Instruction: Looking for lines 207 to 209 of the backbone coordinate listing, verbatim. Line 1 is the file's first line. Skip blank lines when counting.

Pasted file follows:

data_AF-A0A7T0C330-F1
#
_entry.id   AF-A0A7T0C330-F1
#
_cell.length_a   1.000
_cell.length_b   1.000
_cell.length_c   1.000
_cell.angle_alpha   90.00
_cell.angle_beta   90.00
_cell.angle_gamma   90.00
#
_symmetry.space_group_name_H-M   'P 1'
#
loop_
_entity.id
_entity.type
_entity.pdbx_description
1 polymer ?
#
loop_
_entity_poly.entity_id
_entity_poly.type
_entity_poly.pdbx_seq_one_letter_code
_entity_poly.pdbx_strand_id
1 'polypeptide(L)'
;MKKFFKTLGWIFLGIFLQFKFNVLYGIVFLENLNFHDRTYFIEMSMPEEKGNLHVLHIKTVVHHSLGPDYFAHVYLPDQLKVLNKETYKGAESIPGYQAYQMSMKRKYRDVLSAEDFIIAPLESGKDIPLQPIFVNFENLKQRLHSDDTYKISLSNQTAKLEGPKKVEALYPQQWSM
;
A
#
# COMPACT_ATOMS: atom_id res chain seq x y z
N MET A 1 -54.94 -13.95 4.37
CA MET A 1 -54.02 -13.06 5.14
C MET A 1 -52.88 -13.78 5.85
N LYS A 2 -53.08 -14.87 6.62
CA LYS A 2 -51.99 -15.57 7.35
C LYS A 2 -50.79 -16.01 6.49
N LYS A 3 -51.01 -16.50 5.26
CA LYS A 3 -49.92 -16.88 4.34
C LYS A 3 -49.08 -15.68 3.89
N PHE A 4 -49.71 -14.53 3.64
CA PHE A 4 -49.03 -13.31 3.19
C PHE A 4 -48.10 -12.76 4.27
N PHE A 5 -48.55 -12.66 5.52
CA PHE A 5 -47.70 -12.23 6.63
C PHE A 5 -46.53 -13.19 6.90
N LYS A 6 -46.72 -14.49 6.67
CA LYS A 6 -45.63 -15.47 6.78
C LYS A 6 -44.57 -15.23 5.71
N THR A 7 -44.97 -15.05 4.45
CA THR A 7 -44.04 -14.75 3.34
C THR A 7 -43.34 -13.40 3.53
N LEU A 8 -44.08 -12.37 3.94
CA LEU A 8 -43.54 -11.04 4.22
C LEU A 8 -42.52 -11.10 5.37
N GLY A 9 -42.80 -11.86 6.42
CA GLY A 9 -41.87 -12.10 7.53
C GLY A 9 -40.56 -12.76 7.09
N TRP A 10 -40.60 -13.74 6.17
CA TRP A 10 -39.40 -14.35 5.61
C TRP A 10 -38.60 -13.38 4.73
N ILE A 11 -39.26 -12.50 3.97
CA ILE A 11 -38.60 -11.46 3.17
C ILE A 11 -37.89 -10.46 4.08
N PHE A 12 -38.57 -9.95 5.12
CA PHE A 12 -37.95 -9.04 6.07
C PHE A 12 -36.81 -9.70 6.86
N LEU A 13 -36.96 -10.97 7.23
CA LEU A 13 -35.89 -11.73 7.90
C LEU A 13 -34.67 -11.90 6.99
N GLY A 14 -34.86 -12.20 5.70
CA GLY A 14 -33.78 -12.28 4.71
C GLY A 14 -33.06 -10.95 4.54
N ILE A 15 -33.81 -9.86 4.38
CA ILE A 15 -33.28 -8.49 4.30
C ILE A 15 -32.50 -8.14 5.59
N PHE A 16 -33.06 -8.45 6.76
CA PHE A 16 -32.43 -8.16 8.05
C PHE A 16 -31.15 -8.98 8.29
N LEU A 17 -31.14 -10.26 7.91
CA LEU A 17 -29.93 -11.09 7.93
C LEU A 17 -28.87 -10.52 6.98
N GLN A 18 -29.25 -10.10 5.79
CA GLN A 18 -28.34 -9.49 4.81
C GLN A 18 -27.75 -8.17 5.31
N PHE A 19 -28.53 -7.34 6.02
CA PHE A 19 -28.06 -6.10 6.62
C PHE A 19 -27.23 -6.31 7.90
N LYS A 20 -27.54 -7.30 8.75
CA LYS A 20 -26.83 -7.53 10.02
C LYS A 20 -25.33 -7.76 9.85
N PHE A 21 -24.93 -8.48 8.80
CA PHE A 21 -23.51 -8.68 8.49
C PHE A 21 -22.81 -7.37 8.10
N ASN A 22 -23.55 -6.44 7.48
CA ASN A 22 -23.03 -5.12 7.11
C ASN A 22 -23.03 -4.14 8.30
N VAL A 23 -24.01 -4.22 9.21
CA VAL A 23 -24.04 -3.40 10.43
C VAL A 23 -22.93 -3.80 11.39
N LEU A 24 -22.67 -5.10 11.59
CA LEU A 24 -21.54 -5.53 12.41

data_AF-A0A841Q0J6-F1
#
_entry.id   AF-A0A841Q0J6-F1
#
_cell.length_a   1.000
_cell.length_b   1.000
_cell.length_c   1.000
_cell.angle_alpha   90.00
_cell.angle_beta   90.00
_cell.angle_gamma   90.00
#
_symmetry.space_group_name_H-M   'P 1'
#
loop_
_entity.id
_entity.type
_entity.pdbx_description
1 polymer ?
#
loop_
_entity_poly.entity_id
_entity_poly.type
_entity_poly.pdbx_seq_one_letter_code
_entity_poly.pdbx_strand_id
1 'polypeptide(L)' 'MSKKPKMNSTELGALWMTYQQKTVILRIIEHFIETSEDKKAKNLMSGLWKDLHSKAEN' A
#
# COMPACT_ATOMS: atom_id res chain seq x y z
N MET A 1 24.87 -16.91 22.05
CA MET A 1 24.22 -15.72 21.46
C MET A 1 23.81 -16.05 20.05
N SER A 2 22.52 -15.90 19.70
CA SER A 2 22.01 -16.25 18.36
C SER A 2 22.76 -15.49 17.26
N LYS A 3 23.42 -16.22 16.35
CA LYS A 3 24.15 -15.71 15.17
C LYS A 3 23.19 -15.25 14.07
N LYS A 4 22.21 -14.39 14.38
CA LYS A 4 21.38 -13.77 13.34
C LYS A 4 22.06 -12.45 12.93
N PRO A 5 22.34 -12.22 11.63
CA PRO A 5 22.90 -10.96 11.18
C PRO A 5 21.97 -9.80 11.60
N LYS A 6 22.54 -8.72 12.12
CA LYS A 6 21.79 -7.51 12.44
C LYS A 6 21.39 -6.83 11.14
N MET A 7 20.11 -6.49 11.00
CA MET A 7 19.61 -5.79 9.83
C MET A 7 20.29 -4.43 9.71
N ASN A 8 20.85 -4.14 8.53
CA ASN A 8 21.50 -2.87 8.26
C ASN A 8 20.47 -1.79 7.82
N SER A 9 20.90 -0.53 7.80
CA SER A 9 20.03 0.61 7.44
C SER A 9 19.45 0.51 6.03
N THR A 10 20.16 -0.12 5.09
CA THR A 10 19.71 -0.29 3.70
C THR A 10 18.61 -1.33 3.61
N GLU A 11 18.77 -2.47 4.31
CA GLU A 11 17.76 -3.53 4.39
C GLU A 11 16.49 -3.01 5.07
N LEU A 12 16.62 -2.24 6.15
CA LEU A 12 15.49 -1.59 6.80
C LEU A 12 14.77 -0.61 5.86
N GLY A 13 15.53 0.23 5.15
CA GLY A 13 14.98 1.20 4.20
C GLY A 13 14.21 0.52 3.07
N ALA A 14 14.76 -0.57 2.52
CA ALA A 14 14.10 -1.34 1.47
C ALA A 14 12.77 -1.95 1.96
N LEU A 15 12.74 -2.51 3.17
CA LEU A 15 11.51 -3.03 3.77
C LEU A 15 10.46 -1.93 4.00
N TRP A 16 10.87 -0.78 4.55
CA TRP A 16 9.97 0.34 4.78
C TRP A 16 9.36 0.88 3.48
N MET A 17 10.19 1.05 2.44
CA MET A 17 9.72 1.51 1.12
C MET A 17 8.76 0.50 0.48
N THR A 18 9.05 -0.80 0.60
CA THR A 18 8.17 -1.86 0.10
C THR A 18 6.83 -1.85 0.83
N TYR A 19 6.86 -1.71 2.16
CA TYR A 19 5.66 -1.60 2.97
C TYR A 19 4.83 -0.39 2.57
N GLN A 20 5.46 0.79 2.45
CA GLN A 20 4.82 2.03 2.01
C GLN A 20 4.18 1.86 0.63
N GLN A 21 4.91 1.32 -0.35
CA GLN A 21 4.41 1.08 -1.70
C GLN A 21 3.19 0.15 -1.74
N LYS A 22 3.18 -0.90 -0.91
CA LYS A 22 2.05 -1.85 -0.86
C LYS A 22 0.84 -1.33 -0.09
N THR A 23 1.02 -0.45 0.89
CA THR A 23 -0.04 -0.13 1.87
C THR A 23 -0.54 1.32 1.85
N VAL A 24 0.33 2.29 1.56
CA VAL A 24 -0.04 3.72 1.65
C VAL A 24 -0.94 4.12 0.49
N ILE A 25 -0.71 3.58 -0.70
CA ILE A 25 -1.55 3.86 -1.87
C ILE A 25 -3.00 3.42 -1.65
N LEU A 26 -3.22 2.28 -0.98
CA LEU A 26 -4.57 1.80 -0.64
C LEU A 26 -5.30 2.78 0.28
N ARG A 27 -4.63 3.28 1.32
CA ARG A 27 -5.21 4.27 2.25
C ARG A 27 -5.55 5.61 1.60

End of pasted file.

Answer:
N ARG A 27 -4.63 3.28 1.32
CA ARG A 27 -5.21 4.27 2.25
C ARG A 27 -5.55 5.61 1.60